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Wonderful movie.  I predict Forest Whitaker will win the Oscar for best actor for his performance in this film, and I wouldn’t be surprised if he brought Oprah along with him.

If you haven’t heard, The Butler is the new biographical drama, directed by Lee Daniels and starring Whitaker and Winfrey, about a black man who served as a butler in the White House through eight presidencies, Jim Crow and the end of segregation.  It is one of only a very few adult dramas out this year amid a field of comic book offerings, so I was bound to see it if only because it didn’t have anyone flying around in a cape or an iron suit or delivering a relentless barrage of raunchy, low-IQ, sit-com humor.  (I am still getting over The Heat.)  There was a time when grownups might have a beer or a cup of coffee after the movies and enjoy meaningful discussion about films like The Graduate, The Godfather, The Sting, Cabaret, American Graffiti and The Exorcist.  It’s hard to imagine that Lawrence of Arabia, The Longest Day, The Music Man, Mutiny on the Bounty and To Kill a Mockingbird all came out in a single year—1962.

Before you get too excited, The Butler is not like any of these movies.  It doesn’t have a compelling story arc.  The story is, well, the story of us.  After Whitaker escapes a brutal childhood in Jim Crow Georgia, we watch him and his family deal with the very familiar upheavals of the civil rights era.  Most of the action takes place in the years between Brown v. Board of Education and the end of the Vietnam War.  We know how that story ends, and we know the hard lessons learned from those years.  What’s compelling about The Butler is how Whitaker and Winfrey bring that era down to size in the life of a man who worked for four decades with a foot in two very different worlds.

I was at first wary of another movie intending to take me to school about racial injustice.   We all know that racial discrimination exists and persists as a barrier to advancement in the lives of many black Americans, but the primary drivers of black poverty today are teen pregnancy, a 72 percent rate of out-of-wedlock births, and a soaring high-school dropout rate.  Leave the bigots to stew in their hatred but remove these factors, and the risk that a black child will remain in poverty drops to a statistical nil.  So it might seem that looking back at an era of widespread, systemic, legally-sanctioned and violent discrimination is taking our eyes off the road—an unhelpful, self-indulgent distraction from the problems at hand.  Until you see it on the screen.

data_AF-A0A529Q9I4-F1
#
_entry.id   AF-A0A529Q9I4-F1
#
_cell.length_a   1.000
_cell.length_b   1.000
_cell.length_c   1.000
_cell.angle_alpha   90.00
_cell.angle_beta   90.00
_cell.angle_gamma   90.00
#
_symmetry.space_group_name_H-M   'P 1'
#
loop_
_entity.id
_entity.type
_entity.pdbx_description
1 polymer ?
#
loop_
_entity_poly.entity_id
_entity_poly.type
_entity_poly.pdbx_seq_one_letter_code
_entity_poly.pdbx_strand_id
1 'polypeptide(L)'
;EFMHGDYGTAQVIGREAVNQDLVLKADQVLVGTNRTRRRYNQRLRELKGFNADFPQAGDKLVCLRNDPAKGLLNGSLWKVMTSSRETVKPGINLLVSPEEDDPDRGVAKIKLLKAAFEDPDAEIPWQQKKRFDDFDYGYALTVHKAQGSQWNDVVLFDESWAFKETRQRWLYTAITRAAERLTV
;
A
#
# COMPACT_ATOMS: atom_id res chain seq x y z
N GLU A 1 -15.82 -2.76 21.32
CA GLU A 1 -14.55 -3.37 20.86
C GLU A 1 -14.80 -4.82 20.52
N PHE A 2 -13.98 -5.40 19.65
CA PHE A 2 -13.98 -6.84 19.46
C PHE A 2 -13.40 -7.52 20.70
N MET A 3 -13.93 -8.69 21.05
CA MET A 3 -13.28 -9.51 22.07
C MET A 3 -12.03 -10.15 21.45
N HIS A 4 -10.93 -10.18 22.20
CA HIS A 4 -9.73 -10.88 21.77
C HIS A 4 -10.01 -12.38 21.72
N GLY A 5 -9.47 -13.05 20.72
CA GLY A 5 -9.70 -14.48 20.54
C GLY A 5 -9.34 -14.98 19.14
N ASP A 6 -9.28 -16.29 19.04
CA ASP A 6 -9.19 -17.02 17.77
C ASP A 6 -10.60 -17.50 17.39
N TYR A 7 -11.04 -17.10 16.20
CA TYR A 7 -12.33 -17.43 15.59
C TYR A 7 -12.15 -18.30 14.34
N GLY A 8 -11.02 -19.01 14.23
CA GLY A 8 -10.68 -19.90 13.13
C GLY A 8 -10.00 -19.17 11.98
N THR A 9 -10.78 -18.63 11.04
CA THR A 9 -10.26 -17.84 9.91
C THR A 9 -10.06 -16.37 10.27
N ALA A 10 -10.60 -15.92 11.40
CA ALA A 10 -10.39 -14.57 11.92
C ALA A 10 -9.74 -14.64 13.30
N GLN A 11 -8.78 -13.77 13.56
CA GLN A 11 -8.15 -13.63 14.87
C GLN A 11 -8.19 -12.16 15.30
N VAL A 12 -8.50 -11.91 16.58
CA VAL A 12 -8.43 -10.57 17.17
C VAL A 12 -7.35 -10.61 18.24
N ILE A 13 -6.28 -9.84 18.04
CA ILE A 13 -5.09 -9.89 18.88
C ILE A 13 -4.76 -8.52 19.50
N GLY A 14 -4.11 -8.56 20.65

The reenactment of the violence endured by the Freedom Riders is jarring.  The realistic depiction of the ugly, simmering racial hatred unmasked by a sit-in at the Woolworth counter is difficult to watch.  I found myself thinking, “I lived in this America.”  This was not that long ago.  I know those people.  This is not ancient history.  We as a nation really were still that ignorant and intolerant more than a hundred years after the end of the Civil War, and some of us remain so.  Then, as the story moves into the much more recent era in which our children were born and we are congratulating ourselves for our triumph over this shameful history, we see Whitaker’s character pleading—again—that black servants on the White House staff be paid the same as whites.  It is not 1954 or 1964.  He is standing in the White House of Ronald Reagan, and it is then you remember that we still have so very far to go.